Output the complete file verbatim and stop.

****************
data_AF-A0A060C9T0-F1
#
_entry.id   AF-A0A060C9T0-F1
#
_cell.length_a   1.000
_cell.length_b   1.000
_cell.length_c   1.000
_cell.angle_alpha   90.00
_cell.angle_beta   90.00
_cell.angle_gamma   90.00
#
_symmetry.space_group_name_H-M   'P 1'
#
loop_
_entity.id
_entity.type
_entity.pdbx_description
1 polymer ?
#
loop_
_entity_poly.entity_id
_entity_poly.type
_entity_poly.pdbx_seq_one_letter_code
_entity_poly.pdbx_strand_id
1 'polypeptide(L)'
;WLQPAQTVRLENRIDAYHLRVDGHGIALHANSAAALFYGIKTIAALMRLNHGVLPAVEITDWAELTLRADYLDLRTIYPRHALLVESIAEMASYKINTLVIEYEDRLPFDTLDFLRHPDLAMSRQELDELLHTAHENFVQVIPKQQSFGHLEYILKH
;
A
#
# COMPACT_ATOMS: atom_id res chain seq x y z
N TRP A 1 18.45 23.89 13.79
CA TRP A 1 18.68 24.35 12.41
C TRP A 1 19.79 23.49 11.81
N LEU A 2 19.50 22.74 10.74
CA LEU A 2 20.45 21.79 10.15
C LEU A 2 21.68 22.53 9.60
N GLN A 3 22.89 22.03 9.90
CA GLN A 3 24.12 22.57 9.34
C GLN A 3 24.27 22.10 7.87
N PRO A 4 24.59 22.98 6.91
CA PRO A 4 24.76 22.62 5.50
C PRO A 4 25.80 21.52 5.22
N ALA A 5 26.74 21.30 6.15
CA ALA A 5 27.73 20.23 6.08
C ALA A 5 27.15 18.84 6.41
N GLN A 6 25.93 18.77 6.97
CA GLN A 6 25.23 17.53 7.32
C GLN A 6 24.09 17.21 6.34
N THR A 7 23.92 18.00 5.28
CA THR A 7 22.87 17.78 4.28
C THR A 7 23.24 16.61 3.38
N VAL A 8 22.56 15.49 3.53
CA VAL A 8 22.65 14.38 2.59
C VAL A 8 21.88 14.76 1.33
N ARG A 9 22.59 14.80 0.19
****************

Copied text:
data_AF-A0A060C9T0-F1
#
_entry.id   AF-A0A060C9T0-F1
#
_cell.length_a   1.000
_cell.length_b   1.000
_cell.length_c   1.000
_cell.angle_alpha   90.00
_cell.angle_beta   90.00
_cell.angle_gamma   90.00
#
_symmetry.space_group_name_H-M   'P 1'
#
loop_
_entity.id
_entity.type
_entity.pdbx_description
1 polymer ?
#
loop_
_entity_poly.entity_id
_entity_poly.type
_entity_poly.pdbx_seq_one_letter_code
_entity_poly.pdbx_strand_id
1 'polypeptide(L)'
;WLQPAQTVRLENRIDAYHLRVDGHGIALHANSAAALFYGIKTIAALMRLNHGVLPAVEITDWAELTLRADYLDLRTIYPRHALLVESIAEMASYKINTLVIEYEDRLPFDTLDFLRHPDLAMSRQELDELLHTAHENFVQVIPKQQSFGHLEYILKH
;
A
#
# COMPACT_ATOMS: atom_id res chain seq x y z
N TRP A 1 18.45 23.89 13.79
CA TRP A 1 18.68 24.35 12.41
C TRP A 1 19.79 23.49 11.81
N LEU A 2 19.50 22.74 10.74
CA LEU A 2 20.45 21.79 10.15
C LEU A 2 21.68 22.53 9.60
N GLN A 3 22.89 22.03 9.90
CA GLN A 3 24.12 22.57 9.34
C GLN A 3 24.27 22.10 7.87
N PRO A 4 24.59 22.98 6.91
CA PRO A 4 24.76 22.62 5.50
C PRO A 4 25.80 21.52 5.22
N ALA A 5 26.74 21.30 6.15
CA ALA A 5 27.73 20.23 6.08
C ALA A 5 27.15 18.84 6.41
N GLN A 6 25.93 18.77 6.97
CA GLN A 6 25.23 17.53 7.32
C GLN A 6 24.09 17.21 6.34
N THR A 7 23.92 18.00 5.28
CA THR A 7 22.87 17.78 4.28
C THR A 7 23.24 16.61 3.38
N VAL A 8 22.56 15.49 3.53
CA VAL A 8 22.65 14.38 2.59
C VAL A 8 21.88 14.76 1.33
N ARG A 9 22.59 14.80 0.19